Landslides in Valles Marineris are truly enormous, sometimes stretching from one wall to the base of another. This 45-kilometer-long HiRISE image alone drops nearly 2 kilometers in elevation into Ius Chasma. This landslide, known as Ius Labes, would occupy the surface area of Delaware.
Here, we can see dark-toned material emanating from the landslide scarp and forming dunes and dark streaks that were carried downslope by the wind. Geologic context and compositional information from CRISM suggest this dune field was locally derived from landslide material. Other locations in this image show smaller ripples and smooth, rounded textures of the landslide, both attesting to long-lived wind transport and erosion.
This site records a long and complex geologic history of landscape evolution. This history likely includes: (1) ancient lava flows and ash fall deposits which were deposited horizontally and would eventually make what now is canyon wall material; (2) extensional forces rifted or faulted Valles Marineris; (3) mass wasting ensued where gravity forced weak and dislodged rock down into the canyon as massive landslides or smaller fans of boulders; (4) wind driven aeolian forces took small sand-sized particles to form dunes and ripples observable in this image, while also slowly eroding the landscape and modifying its shape.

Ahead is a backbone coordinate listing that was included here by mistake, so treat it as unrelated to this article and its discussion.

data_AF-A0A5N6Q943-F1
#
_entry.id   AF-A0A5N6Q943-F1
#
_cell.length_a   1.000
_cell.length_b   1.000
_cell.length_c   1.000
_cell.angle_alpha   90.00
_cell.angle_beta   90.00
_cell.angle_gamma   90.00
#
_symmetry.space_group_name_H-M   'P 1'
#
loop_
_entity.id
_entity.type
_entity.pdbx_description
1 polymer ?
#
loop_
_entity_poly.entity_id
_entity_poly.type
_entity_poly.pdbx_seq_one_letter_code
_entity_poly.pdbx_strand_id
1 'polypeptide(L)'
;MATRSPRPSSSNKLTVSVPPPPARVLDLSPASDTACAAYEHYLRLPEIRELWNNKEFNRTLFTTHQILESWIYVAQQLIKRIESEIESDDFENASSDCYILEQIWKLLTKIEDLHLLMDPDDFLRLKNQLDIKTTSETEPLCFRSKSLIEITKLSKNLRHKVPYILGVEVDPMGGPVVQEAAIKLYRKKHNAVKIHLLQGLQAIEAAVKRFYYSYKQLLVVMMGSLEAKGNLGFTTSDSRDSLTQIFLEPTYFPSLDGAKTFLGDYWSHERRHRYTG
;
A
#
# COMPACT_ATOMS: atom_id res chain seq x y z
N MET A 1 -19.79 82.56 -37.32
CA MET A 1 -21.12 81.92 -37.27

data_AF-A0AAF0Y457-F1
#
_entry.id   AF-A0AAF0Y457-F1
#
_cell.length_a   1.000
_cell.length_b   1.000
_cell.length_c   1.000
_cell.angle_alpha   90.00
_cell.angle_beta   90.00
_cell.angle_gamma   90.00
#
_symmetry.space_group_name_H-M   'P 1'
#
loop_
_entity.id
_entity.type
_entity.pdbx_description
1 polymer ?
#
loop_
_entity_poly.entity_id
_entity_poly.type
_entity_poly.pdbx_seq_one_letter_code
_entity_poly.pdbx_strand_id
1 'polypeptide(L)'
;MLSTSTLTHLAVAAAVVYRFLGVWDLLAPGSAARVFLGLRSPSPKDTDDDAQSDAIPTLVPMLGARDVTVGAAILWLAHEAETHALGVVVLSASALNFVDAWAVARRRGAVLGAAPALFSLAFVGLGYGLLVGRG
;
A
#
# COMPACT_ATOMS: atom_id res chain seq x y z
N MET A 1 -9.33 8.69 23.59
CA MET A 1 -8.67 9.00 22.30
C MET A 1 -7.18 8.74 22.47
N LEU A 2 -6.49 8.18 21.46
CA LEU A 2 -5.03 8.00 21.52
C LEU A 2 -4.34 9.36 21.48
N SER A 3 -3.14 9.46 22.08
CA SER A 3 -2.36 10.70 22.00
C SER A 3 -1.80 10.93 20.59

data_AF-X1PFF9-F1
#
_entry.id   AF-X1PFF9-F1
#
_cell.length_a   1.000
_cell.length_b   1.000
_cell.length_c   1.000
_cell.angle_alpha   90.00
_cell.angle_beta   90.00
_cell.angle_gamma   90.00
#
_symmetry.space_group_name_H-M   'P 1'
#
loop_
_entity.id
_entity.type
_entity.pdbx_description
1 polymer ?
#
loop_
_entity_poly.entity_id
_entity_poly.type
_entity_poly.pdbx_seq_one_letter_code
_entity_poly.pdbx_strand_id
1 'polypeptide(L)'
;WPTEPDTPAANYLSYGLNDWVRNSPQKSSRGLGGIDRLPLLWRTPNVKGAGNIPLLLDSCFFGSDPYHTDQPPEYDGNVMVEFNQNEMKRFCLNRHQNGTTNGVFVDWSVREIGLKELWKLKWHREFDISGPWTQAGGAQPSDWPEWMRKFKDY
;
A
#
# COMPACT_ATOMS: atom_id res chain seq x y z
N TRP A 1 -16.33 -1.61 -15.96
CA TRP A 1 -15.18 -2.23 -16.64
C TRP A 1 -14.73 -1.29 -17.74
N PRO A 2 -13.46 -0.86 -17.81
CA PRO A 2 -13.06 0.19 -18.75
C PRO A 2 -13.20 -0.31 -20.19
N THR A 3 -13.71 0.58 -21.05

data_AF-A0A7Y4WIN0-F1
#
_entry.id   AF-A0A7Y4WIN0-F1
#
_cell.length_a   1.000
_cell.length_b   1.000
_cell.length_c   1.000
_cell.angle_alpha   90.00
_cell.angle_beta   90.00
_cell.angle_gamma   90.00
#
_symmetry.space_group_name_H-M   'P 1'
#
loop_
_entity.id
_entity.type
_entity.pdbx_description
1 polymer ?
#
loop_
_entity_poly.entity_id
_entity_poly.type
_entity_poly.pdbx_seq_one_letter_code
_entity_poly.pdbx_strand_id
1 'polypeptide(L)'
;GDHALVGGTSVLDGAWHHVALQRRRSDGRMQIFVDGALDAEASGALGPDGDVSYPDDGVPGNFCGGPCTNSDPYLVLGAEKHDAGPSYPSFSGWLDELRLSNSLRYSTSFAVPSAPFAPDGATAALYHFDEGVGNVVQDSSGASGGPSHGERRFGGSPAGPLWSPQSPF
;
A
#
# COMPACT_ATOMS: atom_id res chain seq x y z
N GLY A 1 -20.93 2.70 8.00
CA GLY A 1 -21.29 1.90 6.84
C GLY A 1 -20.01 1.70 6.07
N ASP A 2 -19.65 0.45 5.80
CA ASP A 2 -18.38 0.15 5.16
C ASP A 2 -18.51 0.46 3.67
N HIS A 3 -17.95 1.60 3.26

HiRISE is one of six instruments on NASA's Mars Reconnaissance Orbiter. The University of Arizona, Tucson, operates the orbiter's HiRISE camera, which was built by Ball Aerospace & Technologies Corp., Boulder, Colo. NASA's Jet Propulsion Laboratory, a division of the California Institute of Technology in Pasadena, manages the Mars Reconnaissance Orbiter Project for the NASA Science Mission Directorate, Washington.